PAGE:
There is a very distinct reason that friendships between exes rarely work out well, and it’s because what once was black and white is not all shades of gray. When you two were in a relationship, you could share everything with that other person. That is one of the perks of that kind of connection with someone: you can tell them everything, and probability states that they’ll probably like you anyway. But when the commitment piece is no longer there, suddenly that open line of communication isn’t there. You can no longer tell them everything, because there are certain things that they won’t want to know.


Such as your interest in others. It may not be anytime soon, but eventually both of you will want to start seeing other people. It doesn’t matter how great the two of you get along post-breakup, she will not want to hear about the other women in your life. It doesn’t matter what she says or how cool she acts about it; trust me when I tell you that she doesn’t want to know.

And the same probably goes for you. I highly doubt that you will want to hear about her upcoming dates, or give her pointers on what to wear when another man wines and dines her. Because the two of you may be broken up, but that doesn’t mean you stopped caring for her.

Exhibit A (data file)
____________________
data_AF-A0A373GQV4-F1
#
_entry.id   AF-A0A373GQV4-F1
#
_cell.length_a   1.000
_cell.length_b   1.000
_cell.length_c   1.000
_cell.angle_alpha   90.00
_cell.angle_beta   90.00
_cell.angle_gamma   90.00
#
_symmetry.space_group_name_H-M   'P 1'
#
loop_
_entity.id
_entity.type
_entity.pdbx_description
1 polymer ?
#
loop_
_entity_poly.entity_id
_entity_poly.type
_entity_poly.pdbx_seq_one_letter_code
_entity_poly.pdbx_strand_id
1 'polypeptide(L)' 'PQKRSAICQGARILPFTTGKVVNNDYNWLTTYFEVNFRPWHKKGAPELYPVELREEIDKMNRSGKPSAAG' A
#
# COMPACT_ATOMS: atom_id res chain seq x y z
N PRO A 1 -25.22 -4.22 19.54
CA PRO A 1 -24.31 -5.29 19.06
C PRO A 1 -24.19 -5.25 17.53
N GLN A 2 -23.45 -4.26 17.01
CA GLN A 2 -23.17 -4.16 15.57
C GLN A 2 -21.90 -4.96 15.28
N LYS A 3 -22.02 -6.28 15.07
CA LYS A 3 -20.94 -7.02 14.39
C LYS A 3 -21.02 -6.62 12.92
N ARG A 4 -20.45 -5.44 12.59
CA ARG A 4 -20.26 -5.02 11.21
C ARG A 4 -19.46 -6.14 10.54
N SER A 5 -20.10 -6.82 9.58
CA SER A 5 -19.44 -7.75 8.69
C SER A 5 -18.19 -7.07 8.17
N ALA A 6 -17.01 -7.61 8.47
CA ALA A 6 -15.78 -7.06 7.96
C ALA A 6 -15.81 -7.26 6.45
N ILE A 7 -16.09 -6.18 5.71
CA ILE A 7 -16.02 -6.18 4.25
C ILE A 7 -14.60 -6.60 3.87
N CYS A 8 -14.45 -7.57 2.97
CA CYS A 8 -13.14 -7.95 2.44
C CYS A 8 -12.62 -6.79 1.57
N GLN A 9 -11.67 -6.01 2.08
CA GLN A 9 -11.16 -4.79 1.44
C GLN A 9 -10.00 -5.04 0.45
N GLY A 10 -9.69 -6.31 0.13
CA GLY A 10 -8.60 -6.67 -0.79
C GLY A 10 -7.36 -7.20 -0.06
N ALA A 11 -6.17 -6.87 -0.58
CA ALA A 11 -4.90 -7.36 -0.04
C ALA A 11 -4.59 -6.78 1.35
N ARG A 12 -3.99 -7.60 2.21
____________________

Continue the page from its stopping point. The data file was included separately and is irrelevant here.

And because the lines are muddled on what you can and cannot share, and how often the two of you may be in communication before it wanders into “weird” territory, it is just easier if you don’t try to chart the tumultuous waters of friendship after relationship. I know it’s hard and I know that there will be hundreds of other people telling you otherwise, but if you still decide to pursue a friendship with you ex, it will end badly. It will be easier on all involved to sever the ties, and move forward.

In Brief:

Friendship with an ex involves a lot of gray areas that are hard to decipher.

There are things such as your pursuit of other people and how often you two should talk that are far too difficult to answer.

It may be a challenge, but it’s better for all involved to end communication.

Leave a Comment
More to Discover

Comments (0)

When commenting on The Collegian’s website, please be respectful of others and their viewpoints. The Collegian reviews all comments and reserves the right to reject comments from the website. Comments including any of the following will not be accepted. 1. No language attacking a protected group, including slurs or other profane language directed at a person’s race, religion, gender, sexual orientation, social class, age, physical or mental disability, ethnicity or nationality. 2. No factually inaccurate information, including misleading statements or incorrect data. 3. No abusive language or harassment of Collegian writers, editors or other commenters. 4. No threatening language that includes but is not limited to language inciting violence against an individual or group of people. 5. No links.
All The Rocky Mountain Collegian Picks Reader Picks Sort: Newest

Your email address will not be published. Required fields are marked *